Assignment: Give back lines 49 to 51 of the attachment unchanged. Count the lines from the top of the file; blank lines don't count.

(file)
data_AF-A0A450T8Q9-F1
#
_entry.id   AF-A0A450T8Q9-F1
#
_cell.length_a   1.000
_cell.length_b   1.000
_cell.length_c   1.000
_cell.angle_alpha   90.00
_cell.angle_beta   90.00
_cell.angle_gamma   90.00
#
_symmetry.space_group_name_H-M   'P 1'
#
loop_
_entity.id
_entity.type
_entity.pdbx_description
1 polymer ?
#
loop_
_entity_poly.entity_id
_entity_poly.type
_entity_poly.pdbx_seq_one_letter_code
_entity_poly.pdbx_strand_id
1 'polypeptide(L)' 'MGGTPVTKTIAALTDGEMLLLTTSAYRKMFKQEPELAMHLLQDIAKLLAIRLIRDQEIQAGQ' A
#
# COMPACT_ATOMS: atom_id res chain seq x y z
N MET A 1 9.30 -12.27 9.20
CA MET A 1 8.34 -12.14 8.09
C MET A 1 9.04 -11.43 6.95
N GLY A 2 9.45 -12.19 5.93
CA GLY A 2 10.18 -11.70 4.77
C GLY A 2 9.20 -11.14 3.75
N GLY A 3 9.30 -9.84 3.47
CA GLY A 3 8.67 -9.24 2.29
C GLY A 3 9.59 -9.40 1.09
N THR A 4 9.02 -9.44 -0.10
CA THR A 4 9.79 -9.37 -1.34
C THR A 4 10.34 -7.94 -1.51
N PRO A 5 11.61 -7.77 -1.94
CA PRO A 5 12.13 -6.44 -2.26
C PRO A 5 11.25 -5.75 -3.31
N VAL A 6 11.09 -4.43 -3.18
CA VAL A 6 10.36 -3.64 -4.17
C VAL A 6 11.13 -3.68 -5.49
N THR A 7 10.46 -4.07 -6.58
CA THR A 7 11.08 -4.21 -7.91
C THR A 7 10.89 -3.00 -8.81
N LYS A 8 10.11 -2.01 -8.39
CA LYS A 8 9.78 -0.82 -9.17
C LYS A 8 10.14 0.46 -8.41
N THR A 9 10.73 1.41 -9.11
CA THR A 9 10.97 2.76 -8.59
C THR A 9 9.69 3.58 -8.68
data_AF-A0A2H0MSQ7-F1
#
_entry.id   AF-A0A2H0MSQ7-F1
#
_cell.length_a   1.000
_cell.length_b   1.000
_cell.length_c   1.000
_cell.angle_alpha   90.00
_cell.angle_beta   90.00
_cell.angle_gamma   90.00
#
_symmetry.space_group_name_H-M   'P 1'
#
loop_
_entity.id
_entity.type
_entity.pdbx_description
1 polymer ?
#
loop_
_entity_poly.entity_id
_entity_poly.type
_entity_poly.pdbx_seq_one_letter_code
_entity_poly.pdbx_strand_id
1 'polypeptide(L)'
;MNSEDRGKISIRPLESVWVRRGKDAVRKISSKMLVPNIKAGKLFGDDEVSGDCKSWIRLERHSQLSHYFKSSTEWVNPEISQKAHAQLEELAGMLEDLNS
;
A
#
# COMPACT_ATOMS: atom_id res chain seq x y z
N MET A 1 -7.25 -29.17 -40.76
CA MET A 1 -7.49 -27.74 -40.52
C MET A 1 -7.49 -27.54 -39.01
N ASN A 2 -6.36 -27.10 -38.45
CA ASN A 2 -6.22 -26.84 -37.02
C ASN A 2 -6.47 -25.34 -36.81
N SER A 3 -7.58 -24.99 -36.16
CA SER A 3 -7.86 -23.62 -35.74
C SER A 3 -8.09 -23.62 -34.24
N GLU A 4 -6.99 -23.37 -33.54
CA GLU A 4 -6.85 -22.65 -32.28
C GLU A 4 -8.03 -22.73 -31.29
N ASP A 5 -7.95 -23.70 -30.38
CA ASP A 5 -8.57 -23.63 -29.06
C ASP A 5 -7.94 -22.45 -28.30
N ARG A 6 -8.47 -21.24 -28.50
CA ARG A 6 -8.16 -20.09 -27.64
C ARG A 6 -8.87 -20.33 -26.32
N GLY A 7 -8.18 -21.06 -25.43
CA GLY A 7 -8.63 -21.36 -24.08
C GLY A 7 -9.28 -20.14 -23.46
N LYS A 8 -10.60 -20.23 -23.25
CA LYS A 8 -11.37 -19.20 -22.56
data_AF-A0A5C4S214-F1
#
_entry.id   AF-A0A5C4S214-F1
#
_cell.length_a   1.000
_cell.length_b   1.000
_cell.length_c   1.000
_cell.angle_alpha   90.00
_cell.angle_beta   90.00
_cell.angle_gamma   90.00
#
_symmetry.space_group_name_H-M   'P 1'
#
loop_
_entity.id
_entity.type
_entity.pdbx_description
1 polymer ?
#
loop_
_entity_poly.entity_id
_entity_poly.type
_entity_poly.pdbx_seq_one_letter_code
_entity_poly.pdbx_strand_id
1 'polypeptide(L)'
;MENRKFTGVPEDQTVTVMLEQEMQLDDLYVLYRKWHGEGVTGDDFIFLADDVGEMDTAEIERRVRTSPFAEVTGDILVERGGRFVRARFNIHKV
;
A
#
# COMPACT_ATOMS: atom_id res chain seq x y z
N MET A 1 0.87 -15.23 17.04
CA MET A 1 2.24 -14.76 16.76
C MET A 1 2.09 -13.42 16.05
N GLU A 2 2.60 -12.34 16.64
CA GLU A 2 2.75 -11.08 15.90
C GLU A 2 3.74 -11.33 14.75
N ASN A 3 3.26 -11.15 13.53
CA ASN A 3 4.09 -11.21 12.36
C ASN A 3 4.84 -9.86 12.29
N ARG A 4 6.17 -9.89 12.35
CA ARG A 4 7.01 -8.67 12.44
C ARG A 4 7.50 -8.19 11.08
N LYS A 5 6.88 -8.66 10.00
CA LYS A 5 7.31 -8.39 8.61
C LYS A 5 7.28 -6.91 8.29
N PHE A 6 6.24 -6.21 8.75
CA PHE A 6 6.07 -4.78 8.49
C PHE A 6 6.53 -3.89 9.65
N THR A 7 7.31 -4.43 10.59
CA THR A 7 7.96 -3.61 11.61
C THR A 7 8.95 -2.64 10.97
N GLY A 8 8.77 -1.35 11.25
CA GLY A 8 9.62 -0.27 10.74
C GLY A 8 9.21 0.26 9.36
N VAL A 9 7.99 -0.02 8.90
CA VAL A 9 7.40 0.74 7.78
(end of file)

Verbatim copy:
N LYS A 8 10.11 -2.01 -8.39
CA LYS A 8 9.78 -0.82 -9.17
C LYS A 8 10.14 0.46 -8.41